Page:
Do Fitness Trackers Work?

do fitness trackers work?

Fitness tracker: Good tool to have in your health and wellness arsenal? Or expensive, rubbery bangle?

What’s your heart rate right now? Oxygen level? Until a few years ago, you wouldn’t be concerned with these numbers unless you were lying in a hospital bed. But the ability to track our biodata has left the medical building and has moved into our gyms, trails, stairwells and beds. You’ve seen these gadgets—FitBit Flex, Jawbone Up, Magellan Echo and hundreds of others—on the wrists and waists of your coworkers, family and friends. Wearable fitness is a $1.15-billion industry, so clearly, a lot of people have gotten on the bandwagon.

But… do fitness trackers work? Do they make us any healthier? Or are they just a fitness trend destined to go the same way as rollerblades and the Thigh Master? I wanted to find out, so I researched some of the most common questions people have about fitness trackers. Here’s what I discovered.

do fitness trackers work? photo: Fitbit

What exactly are they measuring?
Each model of tracker analyzes different stats, but on the whole they can monitor distance, calorie intake, calorie burn, heart rate, blood oxygen level, skin temperature, how well and long you’re sleeping, and how many steps you’ve taken. They can even track your mood, through watching your breath and blood pressure.

Are they accurate?
Ehhh, no. An Iowa State study found that calories burned were generally off by about 10 percent, and could be off by as much as 23.5 percent. In another study, published in the Journal of American Medical Association, a Nike+ FuelBand counted 20 percent less steps than the study participant actually took. Researchers have also found that trackers located on a shoe measured more accurately than trackers that were attached on a waistband.

However, if you’re using the tracker to motivate yourself, rather than track everything down to the calorie or 1/100th of a mile, it really doesn’t matter if the numbers are slightly off. For example, one tracker might say you walked 9,452 steps, and another, 9,500 steps, but if you’re taking an extra loop around the block to hit your daily goal of 10,000 steps, that’s the point—you kept going.

Will they motivate me?
Most people vow to go to eat their broccoli, tuck into bed earlier and hit the gym … right after this episode of Scandal and a handful of peanut M&Ms. Trackers help keep us accountable. First off, you’re wearing it, so it’s a visual reminder. (Imagine a little voice saying, “Psst! Get off this sofa, baby.”). Trackers can also keep you honest. It might feel like you did an hour of walking, but your device knows it was only 38 minutes. Busted! Tracking food and activity does help people stop under- and over-estimating. Trackers are interactive, too. They can buzz when you meet your goal, or alert you if you haven’t gotten up from your chair in an hour. So yes, there’s a motivational factor.

Do people really get healthier wearing one?
The very act of tracking movement is powerful, according to researchers from Indiana University. They found that if sedentary adults wore even a simple pedometer, they became more active. They sat less, and boosted their daily walks. Several other studies have shown that measuring activity does lead to greater physical movement, with corresponding decreases in weight and blood pressure.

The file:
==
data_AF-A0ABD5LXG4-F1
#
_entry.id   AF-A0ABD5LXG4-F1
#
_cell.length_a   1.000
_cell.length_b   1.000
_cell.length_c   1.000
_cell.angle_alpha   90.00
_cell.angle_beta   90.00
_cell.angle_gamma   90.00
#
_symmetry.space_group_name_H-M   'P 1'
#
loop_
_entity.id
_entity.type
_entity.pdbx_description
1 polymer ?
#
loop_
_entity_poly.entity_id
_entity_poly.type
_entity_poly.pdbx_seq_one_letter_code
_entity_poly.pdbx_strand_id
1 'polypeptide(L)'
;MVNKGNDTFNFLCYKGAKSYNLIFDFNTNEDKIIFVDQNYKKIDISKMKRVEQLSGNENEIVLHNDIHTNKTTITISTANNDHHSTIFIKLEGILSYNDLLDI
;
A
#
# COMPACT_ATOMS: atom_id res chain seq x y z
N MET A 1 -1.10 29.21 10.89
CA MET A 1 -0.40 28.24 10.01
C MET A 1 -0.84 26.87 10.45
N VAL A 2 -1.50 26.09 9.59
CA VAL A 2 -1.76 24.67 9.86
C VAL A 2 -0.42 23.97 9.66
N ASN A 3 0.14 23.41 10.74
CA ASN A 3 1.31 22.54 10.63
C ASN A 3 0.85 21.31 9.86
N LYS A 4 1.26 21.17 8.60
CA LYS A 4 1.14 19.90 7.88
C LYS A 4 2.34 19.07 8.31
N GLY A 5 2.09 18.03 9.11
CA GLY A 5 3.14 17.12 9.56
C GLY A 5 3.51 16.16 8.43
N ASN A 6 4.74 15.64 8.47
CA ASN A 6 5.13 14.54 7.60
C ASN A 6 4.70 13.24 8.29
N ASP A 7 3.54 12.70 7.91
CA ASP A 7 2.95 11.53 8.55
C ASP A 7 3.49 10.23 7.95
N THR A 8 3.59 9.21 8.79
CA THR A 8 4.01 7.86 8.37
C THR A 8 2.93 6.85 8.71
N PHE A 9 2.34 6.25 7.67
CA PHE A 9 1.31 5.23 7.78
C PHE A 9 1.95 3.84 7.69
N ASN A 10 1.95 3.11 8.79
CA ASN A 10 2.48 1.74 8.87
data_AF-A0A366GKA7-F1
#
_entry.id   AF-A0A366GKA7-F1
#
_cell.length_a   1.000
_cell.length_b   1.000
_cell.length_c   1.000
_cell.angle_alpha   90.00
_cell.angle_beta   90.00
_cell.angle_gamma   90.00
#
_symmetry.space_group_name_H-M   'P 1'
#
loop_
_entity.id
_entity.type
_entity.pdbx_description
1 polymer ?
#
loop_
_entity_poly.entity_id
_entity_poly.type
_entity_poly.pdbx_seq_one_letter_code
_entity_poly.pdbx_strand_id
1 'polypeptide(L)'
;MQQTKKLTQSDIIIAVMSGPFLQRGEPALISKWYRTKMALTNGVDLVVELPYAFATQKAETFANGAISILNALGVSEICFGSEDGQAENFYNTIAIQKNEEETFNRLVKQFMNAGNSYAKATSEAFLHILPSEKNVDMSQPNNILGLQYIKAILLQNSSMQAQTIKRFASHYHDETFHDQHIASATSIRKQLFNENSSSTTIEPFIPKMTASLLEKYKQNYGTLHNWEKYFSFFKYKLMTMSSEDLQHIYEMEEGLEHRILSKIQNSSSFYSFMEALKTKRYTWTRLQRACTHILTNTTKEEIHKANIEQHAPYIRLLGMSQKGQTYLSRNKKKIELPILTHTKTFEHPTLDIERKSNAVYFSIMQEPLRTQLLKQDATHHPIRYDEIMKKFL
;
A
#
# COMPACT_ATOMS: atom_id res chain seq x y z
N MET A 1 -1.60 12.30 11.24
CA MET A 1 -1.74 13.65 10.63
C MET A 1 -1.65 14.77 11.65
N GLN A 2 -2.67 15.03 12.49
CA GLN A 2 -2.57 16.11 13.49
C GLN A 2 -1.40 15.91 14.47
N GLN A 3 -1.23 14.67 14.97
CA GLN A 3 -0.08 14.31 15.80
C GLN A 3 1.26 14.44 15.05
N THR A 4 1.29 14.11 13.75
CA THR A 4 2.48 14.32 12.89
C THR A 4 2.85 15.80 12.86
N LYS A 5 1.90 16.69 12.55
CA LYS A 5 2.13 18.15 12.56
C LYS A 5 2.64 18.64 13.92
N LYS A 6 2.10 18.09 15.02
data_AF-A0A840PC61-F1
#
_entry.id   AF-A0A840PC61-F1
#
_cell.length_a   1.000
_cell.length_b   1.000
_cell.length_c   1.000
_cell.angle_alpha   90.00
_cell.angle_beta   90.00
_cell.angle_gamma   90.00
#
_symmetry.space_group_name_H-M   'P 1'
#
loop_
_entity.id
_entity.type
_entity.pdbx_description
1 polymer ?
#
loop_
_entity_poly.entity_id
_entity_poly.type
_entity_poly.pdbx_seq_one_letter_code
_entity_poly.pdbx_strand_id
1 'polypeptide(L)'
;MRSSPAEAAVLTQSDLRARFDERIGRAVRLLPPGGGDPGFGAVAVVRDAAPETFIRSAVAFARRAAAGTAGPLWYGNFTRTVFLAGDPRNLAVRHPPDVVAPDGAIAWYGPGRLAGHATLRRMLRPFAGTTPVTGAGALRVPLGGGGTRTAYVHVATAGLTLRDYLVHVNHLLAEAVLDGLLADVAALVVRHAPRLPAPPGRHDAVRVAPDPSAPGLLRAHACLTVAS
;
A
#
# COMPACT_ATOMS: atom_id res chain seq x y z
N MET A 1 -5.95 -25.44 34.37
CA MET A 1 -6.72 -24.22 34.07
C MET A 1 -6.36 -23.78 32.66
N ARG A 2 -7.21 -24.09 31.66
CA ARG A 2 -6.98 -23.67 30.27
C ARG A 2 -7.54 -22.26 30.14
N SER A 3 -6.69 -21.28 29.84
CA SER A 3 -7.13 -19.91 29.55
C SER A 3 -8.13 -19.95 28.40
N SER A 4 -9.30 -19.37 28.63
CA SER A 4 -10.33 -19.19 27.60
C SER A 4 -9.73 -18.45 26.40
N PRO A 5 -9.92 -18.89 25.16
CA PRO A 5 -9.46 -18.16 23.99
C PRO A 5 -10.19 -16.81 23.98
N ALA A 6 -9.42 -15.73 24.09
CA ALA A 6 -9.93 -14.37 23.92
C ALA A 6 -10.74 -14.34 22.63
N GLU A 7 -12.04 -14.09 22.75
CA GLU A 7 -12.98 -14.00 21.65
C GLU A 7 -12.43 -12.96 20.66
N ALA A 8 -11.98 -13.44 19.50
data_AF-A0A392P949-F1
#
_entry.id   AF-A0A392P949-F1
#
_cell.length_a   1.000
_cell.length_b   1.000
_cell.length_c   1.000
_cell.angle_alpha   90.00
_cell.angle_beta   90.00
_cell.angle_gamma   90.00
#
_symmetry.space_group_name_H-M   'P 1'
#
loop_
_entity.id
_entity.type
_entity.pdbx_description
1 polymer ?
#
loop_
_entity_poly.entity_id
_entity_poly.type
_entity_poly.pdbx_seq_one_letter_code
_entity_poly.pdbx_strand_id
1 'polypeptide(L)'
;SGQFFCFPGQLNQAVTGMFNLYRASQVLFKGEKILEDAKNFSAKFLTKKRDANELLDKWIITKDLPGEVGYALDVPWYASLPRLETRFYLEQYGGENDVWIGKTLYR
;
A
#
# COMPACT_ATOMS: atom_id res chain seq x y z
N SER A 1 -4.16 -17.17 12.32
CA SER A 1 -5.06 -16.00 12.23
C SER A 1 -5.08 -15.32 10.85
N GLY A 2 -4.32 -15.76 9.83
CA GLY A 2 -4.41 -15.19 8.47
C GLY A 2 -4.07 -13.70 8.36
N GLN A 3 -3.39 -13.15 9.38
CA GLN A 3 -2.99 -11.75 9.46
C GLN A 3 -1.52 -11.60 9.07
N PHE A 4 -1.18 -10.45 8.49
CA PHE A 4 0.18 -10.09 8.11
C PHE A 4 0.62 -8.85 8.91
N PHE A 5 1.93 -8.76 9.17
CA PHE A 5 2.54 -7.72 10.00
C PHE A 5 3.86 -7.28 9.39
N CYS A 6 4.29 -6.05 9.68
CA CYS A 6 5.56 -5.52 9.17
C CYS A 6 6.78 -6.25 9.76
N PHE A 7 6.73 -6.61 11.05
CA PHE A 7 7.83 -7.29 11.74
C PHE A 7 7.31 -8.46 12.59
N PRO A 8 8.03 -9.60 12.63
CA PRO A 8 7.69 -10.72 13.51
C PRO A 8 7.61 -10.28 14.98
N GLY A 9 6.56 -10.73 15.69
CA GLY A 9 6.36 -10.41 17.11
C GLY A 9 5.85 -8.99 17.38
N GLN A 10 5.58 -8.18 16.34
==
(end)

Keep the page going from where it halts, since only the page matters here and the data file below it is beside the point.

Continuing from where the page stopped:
Will they help me lose weight?
Maybe? According to a Today.com article, many fitness tracker owners find that they gained weight after donning their new wearable. Doctors explain that tracking the number of calories doesn’t paint the whole picture. “[People] don’t think about all the other factors, like the kind of calorie you are consuming.” Fitness trackers are great at helping you remember to record what you eat, and how frequently you exercise, but the calorie counting shouldn’t be used as a license to eat with abandon. All the regular dieting rules still apply.

Are spying on me?
Yup. Cutting-edge health tech is collecting all sorts of intriguing information while it hangs off our wrists or our pants. In the future, this data may be irresistible to insurance companies, who could theoretically use it to determine who should get lower premiums. Or pharmaceutical giants, who might like to sell us some prescriptions for that high blood pressure. Or marketers, who might pop out of the bushes wielding a box of Fiber One. But, there’s also a potential upside: Having huge amounts of health data about a population could lead to, as Slate reports, “Life-saving and life-enriching innovations.” Whether big data is an opportunity, or a consumer privacy nightmare, remains to be seen.

Are they worth the money?
I have to give you a resounding maybe. Several studies have shown that a pedometer works just as well as a fancy tracker, when it comes to motivation, so know that before you shop. It all comes down to your habits, personality, fashion sense and budget.

As with so many things in life, if it works for you, wonderful! If not, don’t feel like you have to use a fitness tracker. There are many paths to wellbeing, and what’s important is that you’re happy with the one you’re on.

So tell me: Are you considering buying a fitness tracker? Or if you already use one, which brand, and what do you like or dislike about it?

Photo: Jawbone

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